Mount Desert Island

Photographs + stories by Maine magazine staff

At the top of Cadillac Mountain in Acadia National Park, my fiancé and I pass by cars with license plates from across the country and move through groups of people speaking different languages. When we find our lookout, we are in awe of this expansive view that stretches past islands, land, and mountains. People travel to Mount Desert Island from all over the world; we are so lucky it’s just a three-hour drive north.

Saturday 2:00 p.m. @ Bluenose Inn

I arrive earlier than my fiancé, Sam, who is a musician and is playing in Portland on this seasonably warm day. When I check in to the Bluenose Inn, the kind receptionist hands me a gift bag that is filled with chocolates, a painting of the blue Colonial-style hotel, and a handwritten note from co-owner Jim Ash. As I get to know Ash throughout the weekend, I’m charmed by his old- time hospitality—the kind where he wants to meet and be of service to each and every guest and the kind that has him calling the Coast Guard to pick up guests who didn’t pay attention to the tides on Bar Island. Our room is spacious and comfortable and is on the fourth floor of this classic hotel on a hill. I immediately open the French doors to the salt air and the view of Frenchman Bay.

2:45 p.m. in downtown Bar Harbor

While I wait for Sam to arrive, I drive less than five minutes to the downtown. I park on West Street, where behind gates are Victorians that are as grand as the landscape they overlook. I walk up Main Street; the sidewalks are full of families, many eating ice cream cones. Younger children are calling out the state names on license plates as they pass by. “Tennessee!” I stop into Acadia Country Store, where I walk slowly through the large collection of nautical-inspired gifts, and fall especially in love with a large brass clock shaped like a ship’s wheel. Then I wander into Sagegrass Gallery, a fun, whimsical store with handmade products from around the world that include hand-painted mirrors and colorful local art. I find a vibrantly painted, translucent night light that I know my nephew will love turning on.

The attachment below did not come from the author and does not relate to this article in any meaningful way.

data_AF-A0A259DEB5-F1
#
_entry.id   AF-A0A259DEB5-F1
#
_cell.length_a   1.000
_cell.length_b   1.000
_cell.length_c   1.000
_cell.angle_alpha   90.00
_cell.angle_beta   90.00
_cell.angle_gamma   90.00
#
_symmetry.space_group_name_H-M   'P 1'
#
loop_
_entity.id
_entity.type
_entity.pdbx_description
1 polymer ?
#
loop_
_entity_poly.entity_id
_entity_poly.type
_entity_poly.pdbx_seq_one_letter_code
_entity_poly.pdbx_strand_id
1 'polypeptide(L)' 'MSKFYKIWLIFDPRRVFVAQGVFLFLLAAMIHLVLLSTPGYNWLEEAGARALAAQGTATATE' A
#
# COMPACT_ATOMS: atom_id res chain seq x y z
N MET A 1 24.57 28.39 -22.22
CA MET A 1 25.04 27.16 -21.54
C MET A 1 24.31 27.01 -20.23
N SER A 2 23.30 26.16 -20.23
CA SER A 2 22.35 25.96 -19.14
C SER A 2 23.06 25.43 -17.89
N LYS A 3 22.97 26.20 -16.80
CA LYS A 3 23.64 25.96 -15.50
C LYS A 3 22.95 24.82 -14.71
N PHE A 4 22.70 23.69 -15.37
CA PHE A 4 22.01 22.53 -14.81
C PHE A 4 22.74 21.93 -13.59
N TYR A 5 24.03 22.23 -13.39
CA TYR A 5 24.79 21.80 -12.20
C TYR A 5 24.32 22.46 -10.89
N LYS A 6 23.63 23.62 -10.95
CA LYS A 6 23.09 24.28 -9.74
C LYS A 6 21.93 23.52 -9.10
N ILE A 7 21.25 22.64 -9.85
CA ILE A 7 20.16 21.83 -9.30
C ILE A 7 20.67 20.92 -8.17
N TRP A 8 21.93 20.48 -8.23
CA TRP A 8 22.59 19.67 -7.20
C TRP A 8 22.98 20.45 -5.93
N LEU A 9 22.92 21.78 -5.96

3:50 p.m. @ Trailhead Cafe

I take a caffeine break from the shopping at Trailhead Cafe.

4:10 p.m. in downtown Bar Harbor

Next, I head into Cool as a Moose, where it’s impossible to resist the soft Acadia sweatshirts that I know will be ideal later tonight when the temperatures fall. Then I pop into Bar Harbor Tea Company, where candy-colored teapots and mugs are on display. Further down Main Street, In the Woods is crowded inside, and I love all the thick natural wood kitchen essentials; they feel as though the person who made them knew exactly what makes for a good cutting board. I’m drawn into Window Panes because I spy a wind chime that my friend will adore. In the store, I peruse a variety of home furnishings and learn that the family- run store relocated from Massachusetts to Bar Harbor over 20 years ago. Next door, Katahdin Photo Gallery is full of customers flipping through beautiful shots of the surrounding area. All images are available as prints, framed or unframed—perfect weekend mementos. Over on Mount Desert Street, I find playful designs from children’s toys and books to adult yoga gear at Spruce and Gussy.

6:10 p.m. in Agamont Park

I sit for a while in Agamont Park, where others are gathered to admire the Porcupine Islands across the harbor. The trees’ shadows stretch across the grass and I’m reminded I have dinner reservations that I need to get ready for.

7:15 p.m. @ Looking Glass

Restaurant JimAsh and his friend Liane Wood meet me at this restaurant, further up the same hill the Bluenose is on. The floor- to-ceiling windows burst with views of Bar Harbor and the spikey pine islands I was just sitting across from. Sam arrives after we’ve looked over the menu and have enjoyed a glass of champagne. Chef Matt McPherson prepares an incredible meal that starts with oysters harvested that morning from the chilly bay, crab cakes, and lobster fritters. For my main dish, I have the pan-seared scallops and Sam gets the filet mignon that comes with mashed potatoes and charred asparagus. Outside a group gathers around a fire pit under the stars. After our dinner of friendly conversation and fabulous service, I can imagine this being a great regular gathering spot.

10:10 p.m. @ Side Street Cafe